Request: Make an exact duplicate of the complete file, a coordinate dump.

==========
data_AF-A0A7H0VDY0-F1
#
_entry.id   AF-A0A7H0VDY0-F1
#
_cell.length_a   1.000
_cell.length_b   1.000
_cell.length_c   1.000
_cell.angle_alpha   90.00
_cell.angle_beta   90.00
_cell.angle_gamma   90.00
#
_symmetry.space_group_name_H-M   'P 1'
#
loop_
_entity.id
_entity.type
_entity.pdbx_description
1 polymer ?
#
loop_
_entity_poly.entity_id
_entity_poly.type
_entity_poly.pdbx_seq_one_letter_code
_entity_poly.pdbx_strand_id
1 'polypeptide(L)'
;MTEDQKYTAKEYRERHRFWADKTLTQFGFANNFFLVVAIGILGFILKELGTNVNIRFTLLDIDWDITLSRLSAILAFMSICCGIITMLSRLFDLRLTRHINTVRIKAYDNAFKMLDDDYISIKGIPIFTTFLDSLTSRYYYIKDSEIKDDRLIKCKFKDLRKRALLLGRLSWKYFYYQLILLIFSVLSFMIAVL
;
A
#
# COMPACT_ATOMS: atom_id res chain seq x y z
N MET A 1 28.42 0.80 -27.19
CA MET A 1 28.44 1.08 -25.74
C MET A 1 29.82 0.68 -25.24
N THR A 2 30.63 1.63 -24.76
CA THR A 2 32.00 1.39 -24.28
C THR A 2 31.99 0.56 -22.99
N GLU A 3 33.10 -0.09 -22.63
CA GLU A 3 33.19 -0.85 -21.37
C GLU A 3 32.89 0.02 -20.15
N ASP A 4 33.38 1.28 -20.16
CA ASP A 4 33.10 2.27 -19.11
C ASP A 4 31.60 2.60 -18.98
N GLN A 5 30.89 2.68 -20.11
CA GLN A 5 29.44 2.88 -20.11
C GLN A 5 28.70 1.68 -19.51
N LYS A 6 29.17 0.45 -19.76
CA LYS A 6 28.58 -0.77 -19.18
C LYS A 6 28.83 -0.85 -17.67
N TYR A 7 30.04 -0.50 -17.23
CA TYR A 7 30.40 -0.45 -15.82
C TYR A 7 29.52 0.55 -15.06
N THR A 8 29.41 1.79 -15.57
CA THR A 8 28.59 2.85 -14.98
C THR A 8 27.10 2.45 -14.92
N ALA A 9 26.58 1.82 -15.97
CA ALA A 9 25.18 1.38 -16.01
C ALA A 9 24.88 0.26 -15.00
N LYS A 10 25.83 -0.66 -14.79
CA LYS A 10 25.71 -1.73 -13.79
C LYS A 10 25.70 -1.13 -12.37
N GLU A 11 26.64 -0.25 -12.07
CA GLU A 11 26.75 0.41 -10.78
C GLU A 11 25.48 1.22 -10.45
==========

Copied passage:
data_AF-A0A7H0VDY0-F1
#
_entry.id   AF-A0A7H0VDY0-F1
#
_cell.length_a   1.000
_cell.length_b   1.000
_cell.length_c   1.000
_cell.angle_alpha   90.00
_cell.angle_beta   90.00
_cell.angle_gamma   90.00
#
_symmetry.space_group_name_H-M   'P 1'
#
loop_
_entity.id
_entity.type
_entity.pdbx_description
1 polymer ?
#
loop_
_entity_poly.entity_id
_entity_poly.type
_entity_poly.pdbx_seq_one_letter_code
_entity_poly.pdbx_strand_id
1 'polypeptide(L)'
;MTEDQKYTAKEYRERHRFWADKTLTQFGFANNFFLVVAIGILGFILKELGTNVNIRFTLLDIDWDITLSRLSAILAFMSICCGIITMLSRLFDLRLTRHINTVRIKAYDNAFKMLDDDYISIKGIPIFTTFLDSLTSRYYYIKDSEIKDDRLIKCKFKDLRKRALLLGRLSWKYFYYQLILLIFSVLSFMIAVL
;
A
#
# COMPACT_ATOMS: atom_id res chain seq x y z
N MET A 1 28.42 0.80 -27.19
CA MET A 1 28.44 1.08 -25.74
C MET A 1 29.82 0.68 -25.24
N THR A 2 30.63 1.63 -24.76
CA THR A 2 32.00 1.39 -24.28
C THR A 2 31.99 0.56 -22.99
N GLU A 3 33.10 -0.09 -22.63
CA GLU A 3 33.19 -0.85 -21.37
C GLU A 3 32.89 0.02 -20.15
N ASP A 4 33.38 1.28 -20.16
CA ASP A 4 33.10 2.27 -19.11
C ASP A 4 31.60 2.60 -18.98
N GLN A 5 30.89 2.68 -20.11
CA GLN A 5 29.44 2.88 -20.11
C GLN A 5 28.70 1.68 -19.51
N LYS A 6 29.17 0.45 -19.76
CA LYS A 6 28.58 -0.77 -19.18
C LYS A 6 28.83 -0.85 -17.67
N TYR A 7 30.04 -0.50 -17.23
CA TYR A 7 30.40 -0.45 -15.82
C TYR A 7 29.52 0.55 -15.06
N THR A 8 29.41 1.79 -15.57
CA THR A 8 28.59 2.85 -14.98
C THR A 8 27.10 2.45 -14.92
N ALA A 9 26.58 1.82 -15.97
CA ALA A 9 25.18 1.38 -16.01
C ALA A 9 24.88 0.26 -15.00
N LYS A 10 25.83 -0.66 -14.79
CA LYS A 10 25.71 -1.73 -13.79
C LYS A 10 25.70 -1.13 -12.37
N GLU A 11 26.64 -0.25 -12.07
CA GLU A 11 26.75 0.41 -10.78
C GLU A 11 25.48 1.22 -10.45